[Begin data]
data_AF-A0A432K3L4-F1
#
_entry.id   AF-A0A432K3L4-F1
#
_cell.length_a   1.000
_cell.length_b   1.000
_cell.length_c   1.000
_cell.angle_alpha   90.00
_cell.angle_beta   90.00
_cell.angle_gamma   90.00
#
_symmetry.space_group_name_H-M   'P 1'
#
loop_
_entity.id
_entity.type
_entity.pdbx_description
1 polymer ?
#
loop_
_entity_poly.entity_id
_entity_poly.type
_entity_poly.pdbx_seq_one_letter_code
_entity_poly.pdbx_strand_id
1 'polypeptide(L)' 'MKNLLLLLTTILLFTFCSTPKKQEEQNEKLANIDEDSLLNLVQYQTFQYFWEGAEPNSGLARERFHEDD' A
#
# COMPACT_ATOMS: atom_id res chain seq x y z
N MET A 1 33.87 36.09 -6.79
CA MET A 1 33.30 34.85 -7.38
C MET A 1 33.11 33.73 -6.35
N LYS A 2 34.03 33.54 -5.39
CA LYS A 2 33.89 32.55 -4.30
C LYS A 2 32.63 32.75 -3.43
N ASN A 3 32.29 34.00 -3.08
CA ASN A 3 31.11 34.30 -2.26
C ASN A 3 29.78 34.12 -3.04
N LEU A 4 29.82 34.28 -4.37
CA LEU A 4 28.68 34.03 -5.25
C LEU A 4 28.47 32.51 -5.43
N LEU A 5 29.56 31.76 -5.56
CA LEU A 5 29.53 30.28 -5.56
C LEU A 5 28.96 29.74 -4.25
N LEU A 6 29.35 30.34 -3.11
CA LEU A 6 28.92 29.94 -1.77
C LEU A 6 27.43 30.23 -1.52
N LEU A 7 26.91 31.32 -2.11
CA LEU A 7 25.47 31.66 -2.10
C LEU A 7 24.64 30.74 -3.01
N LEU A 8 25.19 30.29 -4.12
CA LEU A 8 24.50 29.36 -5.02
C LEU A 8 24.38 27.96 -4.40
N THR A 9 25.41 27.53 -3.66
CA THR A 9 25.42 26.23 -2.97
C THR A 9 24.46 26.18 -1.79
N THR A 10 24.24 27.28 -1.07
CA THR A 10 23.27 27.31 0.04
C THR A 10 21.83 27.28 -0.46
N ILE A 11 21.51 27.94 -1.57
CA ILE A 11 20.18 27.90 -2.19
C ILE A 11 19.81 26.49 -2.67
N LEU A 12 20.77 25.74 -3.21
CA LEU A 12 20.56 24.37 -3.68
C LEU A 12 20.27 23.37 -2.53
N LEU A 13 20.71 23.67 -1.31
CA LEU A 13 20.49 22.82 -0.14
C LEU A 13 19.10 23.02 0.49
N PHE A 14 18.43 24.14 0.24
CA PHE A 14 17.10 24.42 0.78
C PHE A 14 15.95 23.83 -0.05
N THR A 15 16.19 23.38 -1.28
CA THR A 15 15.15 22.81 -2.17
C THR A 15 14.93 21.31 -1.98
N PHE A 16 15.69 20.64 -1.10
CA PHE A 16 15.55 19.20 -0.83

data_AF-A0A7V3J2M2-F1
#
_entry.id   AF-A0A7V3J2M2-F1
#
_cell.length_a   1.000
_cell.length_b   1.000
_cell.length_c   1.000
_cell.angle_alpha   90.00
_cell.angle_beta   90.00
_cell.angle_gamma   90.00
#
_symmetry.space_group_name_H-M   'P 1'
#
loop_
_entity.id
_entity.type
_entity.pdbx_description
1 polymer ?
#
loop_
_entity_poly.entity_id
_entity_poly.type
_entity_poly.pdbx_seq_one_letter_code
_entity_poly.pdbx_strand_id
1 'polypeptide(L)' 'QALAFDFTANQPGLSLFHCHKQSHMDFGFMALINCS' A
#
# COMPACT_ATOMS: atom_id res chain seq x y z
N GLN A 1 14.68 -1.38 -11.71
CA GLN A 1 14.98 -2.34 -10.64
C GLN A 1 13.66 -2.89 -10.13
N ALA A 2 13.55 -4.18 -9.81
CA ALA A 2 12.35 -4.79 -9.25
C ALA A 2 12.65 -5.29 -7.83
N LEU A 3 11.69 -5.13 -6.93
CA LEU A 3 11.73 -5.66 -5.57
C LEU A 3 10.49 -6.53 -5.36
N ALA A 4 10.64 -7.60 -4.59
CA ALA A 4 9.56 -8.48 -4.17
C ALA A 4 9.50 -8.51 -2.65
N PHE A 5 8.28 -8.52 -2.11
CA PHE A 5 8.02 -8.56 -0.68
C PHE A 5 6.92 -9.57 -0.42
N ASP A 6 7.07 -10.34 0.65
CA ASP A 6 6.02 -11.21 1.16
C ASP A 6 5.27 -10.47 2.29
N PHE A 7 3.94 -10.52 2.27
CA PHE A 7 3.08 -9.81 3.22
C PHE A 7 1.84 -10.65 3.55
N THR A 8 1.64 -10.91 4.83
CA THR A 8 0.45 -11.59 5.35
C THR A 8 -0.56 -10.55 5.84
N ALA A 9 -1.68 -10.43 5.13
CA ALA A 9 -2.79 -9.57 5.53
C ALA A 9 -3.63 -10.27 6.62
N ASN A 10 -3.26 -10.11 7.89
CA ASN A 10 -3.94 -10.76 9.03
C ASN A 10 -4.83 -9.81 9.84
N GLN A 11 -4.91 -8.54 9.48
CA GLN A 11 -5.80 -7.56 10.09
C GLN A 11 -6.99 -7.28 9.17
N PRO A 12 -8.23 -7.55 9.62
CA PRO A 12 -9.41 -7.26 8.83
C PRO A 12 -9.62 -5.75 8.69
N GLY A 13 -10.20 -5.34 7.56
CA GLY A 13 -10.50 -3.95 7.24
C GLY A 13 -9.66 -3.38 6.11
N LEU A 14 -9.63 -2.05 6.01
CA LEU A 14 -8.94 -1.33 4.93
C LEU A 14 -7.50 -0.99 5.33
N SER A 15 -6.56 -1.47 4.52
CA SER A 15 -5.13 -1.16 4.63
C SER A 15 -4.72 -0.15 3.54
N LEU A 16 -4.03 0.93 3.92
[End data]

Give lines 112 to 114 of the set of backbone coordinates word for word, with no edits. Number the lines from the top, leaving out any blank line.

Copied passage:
CA ALA A 4 9.56 -8.48 -4.17
C ALA A 4 9.50 -8.51 -2.65
N PHE A 5 8.28 -8.52 -2.11